Audrey J. Golden
- Ph.D., English Language & Literature, University of Virginia
- J.D., Wake Forest University School of Law
- B.A., Wesleyan University (Major: Film Studies)
Audrey J. Golden is an assistant professor of English. Her research and teaching focus on twentieth and twenty-first century global Anglophone literature and international jurisprudence.
She has taught a wide variety of courses in English and Film Studies, including courses on Human Rights and Global Literature, Postcolonial Cinema, British Immigrant Fiction, and Global Indigenous Literature. As both a literary scholar and lawyer by training, her research investigates the relationship between fiction and international human rights law. She is currently working on her first book manuscript, Novel Repair: Restorative Justice, Global Literature, and International Law.
Since joining the faculty at Simmons, Professor Golden also has taught cinema courses for the Boston community at the Coolidge Corner Theatre in Brookline. In addition to her teaching and research, Professor Golden is a rare book collector and has written for the International League of Antiquarian Booksellers (ILAB).
What I Teach
- Human Rights and Global Literature
- Women in the Global South
- Postcolonial Film
- The Postcolonial Novel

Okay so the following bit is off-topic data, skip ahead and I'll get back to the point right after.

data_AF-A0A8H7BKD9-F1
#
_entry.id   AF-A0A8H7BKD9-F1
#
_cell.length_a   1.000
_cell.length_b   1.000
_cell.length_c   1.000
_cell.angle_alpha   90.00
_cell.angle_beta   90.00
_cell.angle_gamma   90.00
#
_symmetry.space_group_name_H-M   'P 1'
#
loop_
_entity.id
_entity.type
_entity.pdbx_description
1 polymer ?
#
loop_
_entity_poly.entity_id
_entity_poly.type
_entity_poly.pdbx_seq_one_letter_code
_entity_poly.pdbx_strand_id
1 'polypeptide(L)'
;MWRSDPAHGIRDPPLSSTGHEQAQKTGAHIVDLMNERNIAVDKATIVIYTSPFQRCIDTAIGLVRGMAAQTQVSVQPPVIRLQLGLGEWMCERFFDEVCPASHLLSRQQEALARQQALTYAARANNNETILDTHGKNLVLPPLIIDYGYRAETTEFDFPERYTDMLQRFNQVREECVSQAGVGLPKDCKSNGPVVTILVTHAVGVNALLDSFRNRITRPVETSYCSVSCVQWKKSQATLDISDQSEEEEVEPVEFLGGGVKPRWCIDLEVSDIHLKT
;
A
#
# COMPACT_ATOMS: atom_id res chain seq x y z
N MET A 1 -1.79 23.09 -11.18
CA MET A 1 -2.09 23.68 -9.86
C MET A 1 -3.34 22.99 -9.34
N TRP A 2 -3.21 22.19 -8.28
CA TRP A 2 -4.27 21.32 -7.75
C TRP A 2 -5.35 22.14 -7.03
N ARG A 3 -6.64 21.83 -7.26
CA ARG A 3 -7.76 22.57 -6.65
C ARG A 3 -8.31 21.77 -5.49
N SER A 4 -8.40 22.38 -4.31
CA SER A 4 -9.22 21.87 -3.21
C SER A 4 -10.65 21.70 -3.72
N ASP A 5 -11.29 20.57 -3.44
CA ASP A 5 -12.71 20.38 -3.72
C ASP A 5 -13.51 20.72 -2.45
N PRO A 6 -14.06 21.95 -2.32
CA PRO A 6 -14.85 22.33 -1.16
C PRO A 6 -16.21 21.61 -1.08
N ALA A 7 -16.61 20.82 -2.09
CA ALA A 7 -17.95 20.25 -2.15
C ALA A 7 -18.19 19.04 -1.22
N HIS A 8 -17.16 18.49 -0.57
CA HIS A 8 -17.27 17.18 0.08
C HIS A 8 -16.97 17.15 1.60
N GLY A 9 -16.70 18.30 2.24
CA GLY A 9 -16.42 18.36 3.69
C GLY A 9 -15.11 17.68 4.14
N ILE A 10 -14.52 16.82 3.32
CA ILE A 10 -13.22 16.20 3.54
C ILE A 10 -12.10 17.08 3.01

- World Drama and Political Performance
- The Art of Film
- Boston: Immigrant Law & Literature
Audrey J. Golden's first book project, Novel Repair: Restorative Justice, Global Literature, and International Law, demonstrates how the global Anglophone novel imagines new models of repair for historical, procedural, and spatial exclusions of international law in the non-western world. Her research serves as both an alternative history of, as well as an addendum to, the international criminal tribunal system that starts at Nuremberg. The project begins instead with the India-Pakistan Partition of 1947 in Bapsi Sidhwa's novel Cracking India, and demonstrate how imaginative narratives from the Biafran War in Nigeria (1967-1970), the Khmer Rouge genocide in Cambodia (1975-1979), and the system of apartheid in South Africa (1948-1991) develop enhanced tribunal structures in which perpetrators take punishment and victims find remedies. This book ultimately argues for a literary model of human recovery in which reparative reading practices reshape the punitive language of the law and reclaim postcolonial histories of resistance.
In addition to her first book manuscript, Professor Golden has articles and book chapters published or forthcoming in The Cambridge Companion to Human Rights and Literature; The Routledge Companion to Literature and Human Rights; Law, Culture and the Humanities; Commonwealth Essays and Studies; Antipodes: A Global Journal of Australian/New Zealand Literature; and The Wake Forest Law Review.